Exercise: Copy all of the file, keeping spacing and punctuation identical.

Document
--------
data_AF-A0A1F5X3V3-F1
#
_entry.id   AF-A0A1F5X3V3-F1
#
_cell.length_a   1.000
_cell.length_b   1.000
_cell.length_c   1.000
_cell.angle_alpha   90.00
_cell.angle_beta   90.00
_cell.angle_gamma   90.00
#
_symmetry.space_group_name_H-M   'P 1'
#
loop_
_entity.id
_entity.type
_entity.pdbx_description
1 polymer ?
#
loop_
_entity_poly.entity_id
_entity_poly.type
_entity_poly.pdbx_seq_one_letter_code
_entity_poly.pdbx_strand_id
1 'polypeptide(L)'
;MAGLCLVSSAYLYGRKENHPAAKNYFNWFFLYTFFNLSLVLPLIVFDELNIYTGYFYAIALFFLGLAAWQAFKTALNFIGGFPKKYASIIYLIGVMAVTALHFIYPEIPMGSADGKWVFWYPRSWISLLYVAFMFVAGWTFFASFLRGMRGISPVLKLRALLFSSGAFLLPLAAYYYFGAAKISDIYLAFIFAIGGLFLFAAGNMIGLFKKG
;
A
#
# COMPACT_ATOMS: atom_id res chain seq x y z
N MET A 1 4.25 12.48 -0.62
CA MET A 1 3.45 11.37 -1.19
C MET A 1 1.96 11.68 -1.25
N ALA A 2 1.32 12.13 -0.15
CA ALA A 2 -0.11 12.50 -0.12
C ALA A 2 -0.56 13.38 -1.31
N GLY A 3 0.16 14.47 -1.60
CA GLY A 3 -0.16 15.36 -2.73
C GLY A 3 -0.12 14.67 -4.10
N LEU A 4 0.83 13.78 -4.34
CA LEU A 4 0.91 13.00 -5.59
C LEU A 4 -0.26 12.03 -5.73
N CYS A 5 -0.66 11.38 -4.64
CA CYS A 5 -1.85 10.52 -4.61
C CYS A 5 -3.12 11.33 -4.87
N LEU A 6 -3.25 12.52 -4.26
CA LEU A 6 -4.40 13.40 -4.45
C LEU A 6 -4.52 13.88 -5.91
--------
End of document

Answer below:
data_AF-A0A1F5X3V3-F1
#
_entry.id   AF-A0A1F5X3V3-F1
#
_cell.length_a   1.000
_cell.length_b   1.000
_cell.length_c   1.000
_cell.angle_alpha   90.00
_cell.angle_beta   90.00
_cell.angle_gamma   90.00
#
_symmetry.space_group_name_H-M   'P 1'
#
loop_
_entity.id
_entity.type
_entity.pdbx_description
1 polymer ?
#
loop_
_entity_poly.entity_id
_entity_poly.type
_entity_poly.pdbx_seq_one_letter_code
_entity_poly.pdbx_strand_id
1 'polypeptide(L)'
;MAGLCLVSSAYLYGRKENHPAAKNYFNWFFLYTFFNLSLVLPLIVFDELNIYTGYFYAIALFFLGLAAWQAFKTALNFIGGFPKKYASIIYLIGVMAVTALHFIYPEIPMGSADGKWVFWYPRSWISLLYVAFMFVAGWTFFASFLRGMRGISPVLKLRALLFSSGAFLLPLAAYYYFGAAKISDIYLAFIFAIGGLFLFAAGNMIGLFKKG
;
A
#
# COMPACT_ATOMS: atom_id res chain seq x y z
N MET A 1 4.25 12.48 -0.62
CA MET A 1 3.45 11.37 -1.19
C MET A 1 1.96 11.68 -1.25
N ALA A 2 1.32 12.13 -0.15
CA ALA A 2 -0.11 12.50 -0.12
C ALA A 2 -0.56 13.38 -1.31
N GLY A 3 0.16 14.47 -1.60
CA GLY A 3 -0.16 15.36 -2.73
C GLY A 3 -0.12 14.67 -4.10
N LEU A 4 0.83 13.78 -4.34
CA LEU A 4 0.91 13.00 -5.59
C LEU A 4 -0.26 12.03 -5.73
N CYS A 5 -0.66 11.38 -4.64
CA CYS A 5 -1.85 10.52 -4.61
C CYS A 5 -3.12 11.33 -4.87
N LEU A 6 -3.25 12.52 -4.26
CA LEU A 6 -4.40 13.40 -4.45
C LEU A 6 -4.52 13.88 -5.91